In the News

US Lawmakers Demand Effective Protection of Honduran Activists

Telesur
03/16/2016
While the state often fails to offer police protection to activists who have received threats, the “widely documented” corruption of police officers in Honduras discard police protection as a viable option, they highlight.
 
Activists even reject police protection themselves in some cases, like Nelson Geovanni Nuñez Chavez, of the Federation of Agro-Industrial Workers. Congress members suggested the U.S. embassy provide funding for private protection for Nuñez, as well as Tomas Membreño, a fellow activist at FESTAGRO.

Is Trump’s Modeling Agency Flouting Immigration and Employment Agency Law?

OnLabor.org
03/15/2016

If Trump’s candidacy for President does nothing else to benefit society, perhaps it will shine a much-needed spotlight on the exploitative practices of the modeling industry, which has long escaped regulation and relies heavily on young, female, and mostly migrant labor.  Legislation that explicitly brings modeling agencies under existing employment agency laws and regulations could help ensure that modeling agencies, like Trump’s, are appropriately regulated.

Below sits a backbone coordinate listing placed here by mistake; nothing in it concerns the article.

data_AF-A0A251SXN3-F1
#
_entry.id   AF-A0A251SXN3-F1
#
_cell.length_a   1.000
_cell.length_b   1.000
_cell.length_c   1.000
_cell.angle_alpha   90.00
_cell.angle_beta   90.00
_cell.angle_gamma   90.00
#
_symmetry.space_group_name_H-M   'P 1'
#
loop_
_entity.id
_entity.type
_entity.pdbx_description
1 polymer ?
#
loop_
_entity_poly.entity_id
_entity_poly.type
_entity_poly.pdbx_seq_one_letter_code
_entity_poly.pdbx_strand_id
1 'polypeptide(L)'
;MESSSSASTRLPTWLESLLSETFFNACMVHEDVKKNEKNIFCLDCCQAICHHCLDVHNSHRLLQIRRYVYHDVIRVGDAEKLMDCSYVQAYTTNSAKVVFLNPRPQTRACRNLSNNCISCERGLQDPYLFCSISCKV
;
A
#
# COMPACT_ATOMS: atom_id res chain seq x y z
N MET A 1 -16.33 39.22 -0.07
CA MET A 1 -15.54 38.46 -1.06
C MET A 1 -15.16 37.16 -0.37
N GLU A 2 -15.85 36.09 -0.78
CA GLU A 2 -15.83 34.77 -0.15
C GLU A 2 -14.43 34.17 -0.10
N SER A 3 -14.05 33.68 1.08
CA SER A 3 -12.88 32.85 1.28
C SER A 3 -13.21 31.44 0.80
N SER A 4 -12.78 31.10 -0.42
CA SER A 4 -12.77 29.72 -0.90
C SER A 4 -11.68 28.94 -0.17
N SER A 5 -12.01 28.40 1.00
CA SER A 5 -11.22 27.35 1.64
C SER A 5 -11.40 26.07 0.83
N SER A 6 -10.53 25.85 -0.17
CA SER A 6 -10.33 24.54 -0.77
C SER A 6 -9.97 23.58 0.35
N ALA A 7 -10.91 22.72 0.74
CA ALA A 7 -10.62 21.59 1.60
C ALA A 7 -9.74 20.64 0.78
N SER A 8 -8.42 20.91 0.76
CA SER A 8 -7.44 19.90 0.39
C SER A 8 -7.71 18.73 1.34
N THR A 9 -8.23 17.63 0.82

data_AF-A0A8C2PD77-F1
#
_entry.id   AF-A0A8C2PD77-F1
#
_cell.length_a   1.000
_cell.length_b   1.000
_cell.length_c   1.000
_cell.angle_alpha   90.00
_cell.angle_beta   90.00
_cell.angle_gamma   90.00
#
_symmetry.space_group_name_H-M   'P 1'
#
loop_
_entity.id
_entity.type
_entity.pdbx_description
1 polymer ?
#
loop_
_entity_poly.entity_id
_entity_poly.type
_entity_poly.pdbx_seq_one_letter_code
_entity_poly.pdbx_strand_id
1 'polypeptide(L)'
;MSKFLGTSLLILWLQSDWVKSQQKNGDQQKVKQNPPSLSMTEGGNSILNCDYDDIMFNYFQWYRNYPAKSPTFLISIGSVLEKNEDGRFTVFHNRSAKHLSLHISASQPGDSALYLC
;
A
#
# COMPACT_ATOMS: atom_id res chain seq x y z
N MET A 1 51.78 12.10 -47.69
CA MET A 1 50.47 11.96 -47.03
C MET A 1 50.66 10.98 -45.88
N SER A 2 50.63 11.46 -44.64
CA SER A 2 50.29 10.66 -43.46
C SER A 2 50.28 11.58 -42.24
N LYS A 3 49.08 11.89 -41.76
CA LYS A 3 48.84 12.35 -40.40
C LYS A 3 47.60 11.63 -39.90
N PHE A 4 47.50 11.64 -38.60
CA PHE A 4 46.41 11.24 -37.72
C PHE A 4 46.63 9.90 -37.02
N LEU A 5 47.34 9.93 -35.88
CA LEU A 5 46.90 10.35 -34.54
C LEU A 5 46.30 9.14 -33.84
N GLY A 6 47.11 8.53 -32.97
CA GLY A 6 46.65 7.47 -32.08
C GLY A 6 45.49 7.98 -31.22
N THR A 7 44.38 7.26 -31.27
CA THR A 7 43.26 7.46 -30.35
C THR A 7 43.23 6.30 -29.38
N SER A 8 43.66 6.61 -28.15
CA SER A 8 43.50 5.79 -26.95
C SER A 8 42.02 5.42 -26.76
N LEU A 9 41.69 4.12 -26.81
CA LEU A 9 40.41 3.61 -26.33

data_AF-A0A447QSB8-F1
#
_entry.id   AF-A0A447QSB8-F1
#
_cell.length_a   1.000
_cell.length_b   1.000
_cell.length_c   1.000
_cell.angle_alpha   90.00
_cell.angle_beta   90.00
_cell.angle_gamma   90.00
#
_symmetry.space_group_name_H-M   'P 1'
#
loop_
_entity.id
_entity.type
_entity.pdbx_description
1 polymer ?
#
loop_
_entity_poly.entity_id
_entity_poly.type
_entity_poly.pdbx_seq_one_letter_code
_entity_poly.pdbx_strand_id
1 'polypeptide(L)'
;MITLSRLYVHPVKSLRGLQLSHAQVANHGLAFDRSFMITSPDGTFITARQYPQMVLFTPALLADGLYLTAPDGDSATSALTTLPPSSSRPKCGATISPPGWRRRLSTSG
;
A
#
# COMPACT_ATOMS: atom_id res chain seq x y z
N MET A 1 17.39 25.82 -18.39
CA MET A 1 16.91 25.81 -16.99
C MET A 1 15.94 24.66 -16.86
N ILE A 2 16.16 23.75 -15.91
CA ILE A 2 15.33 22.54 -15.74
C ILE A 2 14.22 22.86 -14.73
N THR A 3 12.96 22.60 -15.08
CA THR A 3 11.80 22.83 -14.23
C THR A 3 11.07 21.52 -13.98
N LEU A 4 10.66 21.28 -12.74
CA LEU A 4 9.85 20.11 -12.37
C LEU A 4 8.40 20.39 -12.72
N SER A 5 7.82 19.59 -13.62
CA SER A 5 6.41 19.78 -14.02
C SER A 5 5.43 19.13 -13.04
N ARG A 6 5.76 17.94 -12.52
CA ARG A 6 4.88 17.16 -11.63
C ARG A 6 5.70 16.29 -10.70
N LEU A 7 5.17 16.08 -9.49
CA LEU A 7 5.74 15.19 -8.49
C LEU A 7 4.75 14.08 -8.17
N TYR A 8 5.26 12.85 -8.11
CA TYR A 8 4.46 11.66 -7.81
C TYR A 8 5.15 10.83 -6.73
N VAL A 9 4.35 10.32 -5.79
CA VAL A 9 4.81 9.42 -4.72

Fyffes PLC: Labour violations and Union member intimidation in Costa Rica and Honduras

Facing Finance
03/14/2016

In one case “14 workers on a melon plantation, which is 60%-owned by Fyffes’ subsidiary Suragroh were allegedly hospitalised after being poisoned by noxious chemicals.” The International Labour Rights Forum reports that 150 workers became sick as they were not provided with the necessary safety equipment. This is not the first time that Suragroh has violated labour rights.

Campaign Protests IKEA, Big Clothing Chains Selling Turkmenistan Cotton

Organized Crime and Corruption Reporting Project
02/16/2016
Duvet covers and pillow shams sold by IKEA are produced in Turkmenistan, a country which has been compared to North Korea because of its seclusion and tight control over its citizens.
 
The bedding products from IKEA's supplier in Turkmenistan are marketed around the world under the model names Malou and Nyponros, according to an investigation by OCCRP’s partner, the Swedish news agency TT.
 

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